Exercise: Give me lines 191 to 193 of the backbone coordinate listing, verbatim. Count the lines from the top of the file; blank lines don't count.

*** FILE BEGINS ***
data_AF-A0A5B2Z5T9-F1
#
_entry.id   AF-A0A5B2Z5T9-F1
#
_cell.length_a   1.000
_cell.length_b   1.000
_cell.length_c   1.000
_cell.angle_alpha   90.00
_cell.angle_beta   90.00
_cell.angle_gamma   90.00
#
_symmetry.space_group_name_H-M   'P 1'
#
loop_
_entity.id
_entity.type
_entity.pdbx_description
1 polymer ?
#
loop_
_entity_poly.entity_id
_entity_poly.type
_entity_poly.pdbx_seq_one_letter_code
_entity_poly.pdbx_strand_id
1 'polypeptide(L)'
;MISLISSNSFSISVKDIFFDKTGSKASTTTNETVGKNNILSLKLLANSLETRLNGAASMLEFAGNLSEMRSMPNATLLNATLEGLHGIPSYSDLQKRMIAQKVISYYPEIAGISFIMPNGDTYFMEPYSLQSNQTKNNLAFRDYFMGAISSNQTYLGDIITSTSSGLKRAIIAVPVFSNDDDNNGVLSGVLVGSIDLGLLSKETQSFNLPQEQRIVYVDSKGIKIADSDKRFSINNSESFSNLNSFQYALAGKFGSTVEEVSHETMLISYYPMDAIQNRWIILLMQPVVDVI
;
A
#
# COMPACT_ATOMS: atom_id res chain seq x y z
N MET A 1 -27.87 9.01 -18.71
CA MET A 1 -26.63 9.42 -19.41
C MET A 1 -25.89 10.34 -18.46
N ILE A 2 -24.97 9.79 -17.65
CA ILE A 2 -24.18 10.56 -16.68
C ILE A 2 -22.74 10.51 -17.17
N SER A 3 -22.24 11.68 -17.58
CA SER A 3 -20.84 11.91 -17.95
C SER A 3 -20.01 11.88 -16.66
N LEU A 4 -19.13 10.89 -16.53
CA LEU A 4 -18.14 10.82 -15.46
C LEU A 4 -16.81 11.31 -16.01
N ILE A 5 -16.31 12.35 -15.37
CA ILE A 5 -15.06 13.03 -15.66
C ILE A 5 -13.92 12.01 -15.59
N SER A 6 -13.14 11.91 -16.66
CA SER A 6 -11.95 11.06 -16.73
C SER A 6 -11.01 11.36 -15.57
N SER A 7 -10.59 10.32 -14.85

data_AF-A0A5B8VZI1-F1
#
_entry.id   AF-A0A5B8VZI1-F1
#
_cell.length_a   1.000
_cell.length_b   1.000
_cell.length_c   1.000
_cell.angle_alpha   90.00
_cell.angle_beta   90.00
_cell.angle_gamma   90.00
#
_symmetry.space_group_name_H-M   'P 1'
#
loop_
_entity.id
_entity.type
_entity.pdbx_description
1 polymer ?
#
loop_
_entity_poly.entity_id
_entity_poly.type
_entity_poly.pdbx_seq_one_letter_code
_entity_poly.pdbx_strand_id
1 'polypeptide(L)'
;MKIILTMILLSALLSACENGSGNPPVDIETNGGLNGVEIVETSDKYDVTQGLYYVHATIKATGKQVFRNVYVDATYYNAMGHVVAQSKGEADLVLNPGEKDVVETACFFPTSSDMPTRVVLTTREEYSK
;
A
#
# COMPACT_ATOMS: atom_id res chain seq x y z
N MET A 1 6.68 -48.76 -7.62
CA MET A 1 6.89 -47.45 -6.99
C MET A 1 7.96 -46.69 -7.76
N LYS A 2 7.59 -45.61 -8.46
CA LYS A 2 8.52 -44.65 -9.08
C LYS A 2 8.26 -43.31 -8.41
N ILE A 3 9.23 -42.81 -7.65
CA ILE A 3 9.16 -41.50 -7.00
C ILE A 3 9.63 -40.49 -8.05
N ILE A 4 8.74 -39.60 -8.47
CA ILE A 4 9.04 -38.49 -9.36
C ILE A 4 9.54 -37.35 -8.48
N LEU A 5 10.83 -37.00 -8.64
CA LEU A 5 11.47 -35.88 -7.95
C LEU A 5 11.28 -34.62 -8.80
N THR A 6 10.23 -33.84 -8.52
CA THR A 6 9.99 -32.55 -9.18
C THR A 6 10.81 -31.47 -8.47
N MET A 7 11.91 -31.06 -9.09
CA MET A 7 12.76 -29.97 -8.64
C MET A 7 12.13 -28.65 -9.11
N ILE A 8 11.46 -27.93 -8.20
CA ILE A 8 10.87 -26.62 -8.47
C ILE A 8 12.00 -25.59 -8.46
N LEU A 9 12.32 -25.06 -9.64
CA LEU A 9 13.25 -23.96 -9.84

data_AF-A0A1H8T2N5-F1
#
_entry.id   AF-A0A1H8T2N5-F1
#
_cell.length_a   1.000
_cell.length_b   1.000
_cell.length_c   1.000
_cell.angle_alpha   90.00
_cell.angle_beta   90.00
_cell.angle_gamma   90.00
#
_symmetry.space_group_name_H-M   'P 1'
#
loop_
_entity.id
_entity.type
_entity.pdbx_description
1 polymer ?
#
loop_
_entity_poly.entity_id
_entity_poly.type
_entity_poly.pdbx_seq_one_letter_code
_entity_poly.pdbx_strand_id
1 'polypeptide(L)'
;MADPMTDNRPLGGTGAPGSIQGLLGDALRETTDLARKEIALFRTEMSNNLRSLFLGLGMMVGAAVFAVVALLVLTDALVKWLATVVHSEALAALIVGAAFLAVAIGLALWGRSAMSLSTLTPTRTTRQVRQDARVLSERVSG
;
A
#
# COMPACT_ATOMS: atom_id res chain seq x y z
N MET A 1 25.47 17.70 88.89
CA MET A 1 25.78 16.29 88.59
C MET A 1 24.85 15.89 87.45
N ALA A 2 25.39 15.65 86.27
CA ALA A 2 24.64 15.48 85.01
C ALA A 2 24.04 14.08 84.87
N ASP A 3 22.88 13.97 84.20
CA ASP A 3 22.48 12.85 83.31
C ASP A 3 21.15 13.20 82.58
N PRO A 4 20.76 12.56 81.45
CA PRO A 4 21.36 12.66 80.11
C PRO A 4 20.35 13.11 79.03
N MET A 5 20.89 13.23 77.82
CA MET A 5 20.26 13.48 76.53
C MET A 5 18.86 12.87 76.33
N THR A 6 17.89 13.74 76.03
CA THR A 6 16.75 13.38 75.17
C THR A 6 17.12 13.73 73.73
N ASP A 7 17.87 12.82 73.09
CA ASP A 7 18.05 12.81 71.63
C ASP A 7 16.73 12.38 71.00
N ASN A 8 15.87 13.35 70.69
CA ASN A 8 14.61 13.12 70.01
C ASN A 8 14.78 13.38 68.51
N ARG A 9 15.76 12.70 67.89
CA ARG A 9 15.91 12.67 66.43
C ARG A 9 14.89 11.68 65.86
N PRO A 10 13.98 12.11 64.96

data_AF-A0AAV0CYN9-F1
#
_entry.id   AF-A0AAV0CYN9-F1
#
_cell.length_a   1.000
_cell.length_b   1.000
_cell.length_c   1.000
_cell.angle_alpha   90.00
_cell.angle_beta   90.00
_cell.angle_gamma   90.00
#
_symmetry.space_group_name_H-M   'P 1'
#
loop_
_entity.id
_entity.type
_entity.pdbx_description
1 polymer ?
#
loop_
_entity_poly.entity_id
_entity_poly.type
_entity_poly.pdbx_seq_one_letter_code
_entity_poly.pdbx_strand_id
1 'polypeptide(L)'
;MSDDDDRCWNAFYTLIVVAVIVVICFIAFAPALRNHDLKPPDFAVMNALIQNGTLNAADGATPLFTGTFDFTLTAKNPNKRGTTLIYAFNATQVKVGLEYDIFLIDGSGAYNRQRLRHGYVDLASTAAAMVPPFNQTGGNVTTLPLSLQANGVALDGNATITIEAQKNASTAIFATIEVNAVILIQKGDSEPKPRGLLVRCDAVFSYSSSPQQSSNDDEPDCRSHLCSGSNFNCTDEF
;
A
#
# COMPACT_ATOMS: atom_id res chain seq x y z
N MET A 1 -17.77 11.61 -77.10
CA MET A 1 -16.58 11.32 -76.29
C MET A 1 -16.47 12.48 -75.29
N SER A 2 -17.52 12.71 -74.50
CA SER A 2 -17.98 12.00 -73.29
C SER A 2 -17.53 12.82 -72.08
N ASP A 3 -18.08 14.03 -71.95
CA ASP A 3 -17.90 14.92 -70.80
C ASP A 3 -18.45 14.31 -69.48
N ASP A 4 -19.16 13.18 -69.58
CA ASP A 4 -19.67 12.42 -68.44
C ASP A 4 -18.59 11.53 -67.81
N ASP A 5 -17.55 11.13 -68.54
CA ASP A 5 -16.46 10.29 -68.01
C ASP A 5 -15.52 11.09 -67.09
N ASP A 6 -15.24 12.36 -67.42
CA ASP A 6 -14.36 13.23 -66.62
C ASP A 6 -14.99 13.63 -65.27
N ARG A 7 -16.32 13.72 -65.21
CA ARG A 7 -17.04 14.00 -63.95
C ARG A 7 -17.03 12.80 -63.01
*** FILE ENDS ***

A
#
# COMPACT_ATOMS: atom_id res chain seq x y z